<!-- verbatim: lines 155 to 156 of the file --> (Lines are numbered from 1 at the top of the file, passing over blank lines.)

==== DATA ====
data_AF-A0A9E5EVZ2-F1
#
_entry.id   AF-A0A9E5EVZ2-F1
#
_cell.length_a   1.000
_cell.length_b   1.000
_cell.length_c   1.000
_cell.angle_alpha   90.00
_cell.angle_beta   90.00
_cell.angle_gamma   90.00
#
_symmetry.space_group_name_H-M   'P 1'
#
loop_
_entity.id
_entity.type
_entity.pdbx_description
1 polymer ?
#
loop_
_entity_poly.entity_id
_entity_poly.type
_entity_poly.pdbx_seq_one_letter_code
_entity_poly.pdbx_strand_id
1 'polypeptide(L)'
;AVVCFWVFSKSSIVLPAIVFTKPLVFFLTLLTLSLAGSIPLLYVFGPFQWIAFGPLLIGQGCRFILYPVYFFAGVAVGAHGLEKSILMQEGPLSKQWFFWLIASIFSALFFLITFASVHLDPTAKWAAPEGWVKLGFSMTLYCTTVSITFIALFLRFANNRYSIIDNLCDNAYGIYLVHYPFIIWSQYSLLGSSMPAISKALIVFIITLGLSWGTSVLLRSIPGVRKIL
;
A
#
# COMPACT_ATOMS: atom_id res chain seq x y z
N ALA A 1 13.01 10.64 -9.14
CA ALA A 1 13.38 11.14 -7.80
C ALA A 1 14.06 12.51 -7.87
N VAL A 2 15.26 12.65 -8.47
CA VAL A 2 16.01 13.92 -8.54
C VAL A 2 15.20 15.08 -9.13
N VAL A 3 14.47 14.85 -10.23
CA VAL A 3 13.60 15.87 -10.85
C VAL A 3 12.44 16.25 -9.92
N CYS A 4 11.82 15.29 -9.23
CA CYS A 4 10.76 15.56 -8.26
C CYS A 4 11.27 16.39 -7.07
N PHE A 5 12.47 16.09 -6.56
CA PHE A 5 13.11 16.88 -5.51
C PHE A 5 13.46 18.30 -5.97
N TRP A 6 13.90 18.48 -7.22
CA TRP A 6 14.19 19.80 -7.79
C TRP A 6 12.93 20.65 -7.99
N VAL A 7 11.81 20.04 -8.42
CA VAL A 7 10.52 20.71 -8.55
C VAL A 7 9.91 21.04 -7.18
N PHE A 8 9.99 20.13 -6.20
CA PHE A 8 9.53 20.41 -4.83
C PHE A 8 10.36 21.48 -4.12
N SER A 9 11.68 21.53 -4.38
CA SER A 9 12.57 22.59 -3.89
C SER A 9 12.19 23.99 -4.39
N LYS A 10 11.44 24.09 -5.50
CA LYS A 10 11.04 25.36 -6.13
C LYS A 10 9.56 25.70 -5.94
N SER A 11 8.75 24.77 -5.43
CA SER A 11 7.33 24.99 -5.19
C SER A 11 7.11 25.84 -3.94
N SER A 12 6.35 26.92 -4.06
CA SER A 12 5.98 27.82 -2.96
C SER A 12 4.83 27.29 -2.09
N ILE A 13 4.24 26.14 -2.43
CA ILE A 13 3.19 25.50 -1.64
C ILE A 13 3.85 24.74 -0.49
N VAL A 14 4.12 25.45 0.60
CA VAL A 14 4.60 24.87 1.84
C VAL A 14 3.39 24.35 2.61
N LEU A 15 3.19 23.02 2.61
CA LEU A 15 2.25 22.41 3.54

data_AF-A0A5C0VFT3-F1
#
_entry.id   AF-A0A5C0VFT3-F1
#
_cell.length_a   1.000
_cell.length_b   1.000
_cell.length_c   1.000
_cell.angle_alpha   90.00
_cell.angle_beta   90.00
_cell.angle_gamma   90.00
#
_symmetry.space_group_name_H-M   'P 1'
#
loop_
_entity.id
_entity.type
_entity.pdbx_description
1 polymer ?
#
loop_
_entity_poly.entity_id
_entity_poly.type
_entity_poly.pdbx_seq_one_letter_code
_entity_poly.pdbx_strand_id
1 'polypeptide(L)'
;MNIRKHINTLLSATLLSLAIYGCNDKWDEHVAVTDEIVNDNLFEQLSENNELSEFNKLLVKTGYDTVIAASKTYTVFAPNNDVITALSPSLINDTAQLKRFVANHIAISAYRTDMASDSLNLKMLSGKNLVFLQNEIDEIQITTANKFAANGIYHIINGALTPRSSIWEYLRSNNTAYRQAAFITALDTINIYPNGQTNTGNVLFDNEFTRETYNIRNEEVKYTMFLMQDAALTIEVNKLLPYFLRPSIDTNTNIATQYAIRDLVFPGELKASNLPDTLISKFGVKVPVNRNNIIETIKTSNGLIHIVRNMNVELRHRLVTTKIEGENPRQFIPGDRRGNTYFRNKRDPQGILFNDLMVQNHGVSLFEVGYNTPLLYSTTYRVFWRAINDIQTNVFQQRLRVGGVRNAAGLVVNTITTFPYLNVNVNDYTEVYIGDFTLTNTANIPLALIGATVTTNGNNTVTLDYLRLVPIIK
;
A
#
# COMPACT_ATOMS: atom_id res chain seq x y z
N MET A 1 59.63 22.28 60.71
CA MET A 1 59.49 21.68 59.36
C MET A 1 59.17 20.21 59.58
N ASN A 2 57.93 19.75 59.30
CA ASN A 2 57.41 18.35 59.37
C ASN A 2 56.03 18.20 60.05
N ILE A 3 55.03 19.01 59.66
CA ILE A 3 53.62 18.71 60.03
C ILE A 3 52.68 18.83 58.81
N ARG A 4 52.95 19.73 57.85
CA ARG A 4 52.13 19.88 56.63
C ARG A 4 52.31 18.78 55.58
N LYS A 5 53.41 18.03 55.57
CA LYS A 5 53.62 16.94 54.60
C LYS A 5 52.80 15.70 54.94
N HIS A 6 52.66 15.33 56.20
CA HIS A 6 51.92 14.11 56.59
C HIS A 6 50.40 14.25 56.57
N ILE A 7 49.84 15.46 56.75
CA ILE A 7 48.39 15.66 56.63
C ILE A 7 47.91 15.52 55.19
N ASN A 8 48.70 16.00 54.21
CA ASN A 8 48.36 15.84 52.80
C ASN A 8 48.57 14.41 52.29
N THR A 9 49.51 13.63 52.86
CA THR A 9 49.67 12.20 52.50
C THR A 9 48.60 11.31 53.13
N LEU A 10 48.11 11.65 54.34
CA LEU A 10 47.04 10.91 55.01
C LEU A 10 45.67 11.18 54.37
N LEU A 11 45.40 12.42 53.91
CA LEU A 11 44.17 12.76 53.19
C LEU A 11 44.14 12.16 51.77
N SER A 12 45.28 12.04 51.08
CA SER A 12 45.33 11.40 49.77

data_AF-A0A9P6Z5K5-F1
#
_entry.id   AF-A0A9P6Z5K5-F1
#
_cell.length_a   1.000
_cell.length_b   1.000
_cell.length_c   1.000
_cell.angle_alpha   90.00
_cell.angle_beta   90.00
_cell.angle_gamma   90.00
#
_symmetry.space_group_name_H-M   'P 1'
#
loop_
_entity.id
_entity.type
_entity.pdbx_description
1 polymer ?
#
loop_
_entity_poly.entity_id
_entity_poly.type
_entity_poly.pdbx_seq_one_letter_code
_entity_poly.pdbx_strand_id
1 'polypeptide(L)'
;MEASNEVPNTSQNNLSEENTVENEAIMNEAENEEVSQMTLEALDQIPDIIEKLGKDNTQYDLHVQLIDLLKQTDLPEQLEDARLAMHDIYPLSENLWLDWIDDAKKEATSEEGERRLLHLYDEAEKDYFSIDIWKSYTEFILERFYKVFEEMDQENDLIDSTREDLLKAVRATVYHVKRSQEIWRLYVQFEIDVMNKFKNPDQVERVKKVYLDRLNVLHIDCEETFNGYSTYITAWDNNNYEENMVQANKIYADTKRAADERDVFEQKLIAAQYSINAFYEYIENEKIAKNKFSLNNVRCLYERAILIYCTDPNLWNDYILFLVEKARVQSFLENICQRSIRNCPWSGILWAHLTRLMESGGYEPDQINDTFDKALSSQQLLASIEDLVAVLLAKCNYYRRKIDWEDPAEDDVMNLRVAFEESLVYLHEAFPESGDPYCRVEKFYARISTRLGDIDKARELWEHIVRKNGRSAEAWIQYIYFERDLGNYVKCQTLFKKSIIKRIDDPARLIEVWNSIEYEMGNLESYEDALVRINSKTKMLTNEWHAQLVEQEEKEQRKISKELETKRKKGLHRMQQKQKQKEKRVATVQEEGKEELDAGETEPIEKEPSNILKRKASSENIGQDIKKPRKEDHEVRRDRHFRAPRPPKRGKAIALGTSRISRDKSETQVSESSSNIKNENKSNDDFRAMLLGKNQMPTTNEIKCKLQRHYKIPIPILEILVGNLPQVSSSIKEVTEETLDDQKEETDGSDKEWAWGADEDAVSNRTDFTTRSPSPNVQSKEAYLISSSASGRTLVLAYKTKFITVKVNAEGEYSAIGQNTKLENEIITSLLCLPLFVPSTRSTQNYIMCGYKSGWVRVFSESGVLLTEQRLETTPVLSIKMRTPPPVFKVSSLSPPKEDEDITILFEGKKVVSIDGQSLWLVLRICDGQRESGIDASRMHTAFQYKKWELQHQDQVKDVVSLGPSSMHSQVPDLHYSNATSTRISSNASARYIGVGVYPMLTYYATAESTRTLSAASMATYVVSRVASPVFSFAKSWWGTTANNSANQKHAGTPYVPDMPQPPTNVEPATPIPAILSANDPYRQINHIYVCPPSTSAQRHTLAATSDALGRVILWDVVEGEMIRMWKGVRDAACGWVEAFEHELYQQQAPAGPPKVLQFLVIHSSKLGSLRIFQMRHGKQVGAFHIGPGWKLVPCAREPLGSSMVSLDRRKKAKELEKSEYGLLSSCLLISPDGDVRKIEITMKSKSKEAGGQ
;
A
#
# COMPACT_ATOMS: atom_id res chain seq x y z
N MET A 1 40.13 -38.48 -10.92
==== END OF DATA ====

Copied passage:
_entity.type
_entity.pdbx_description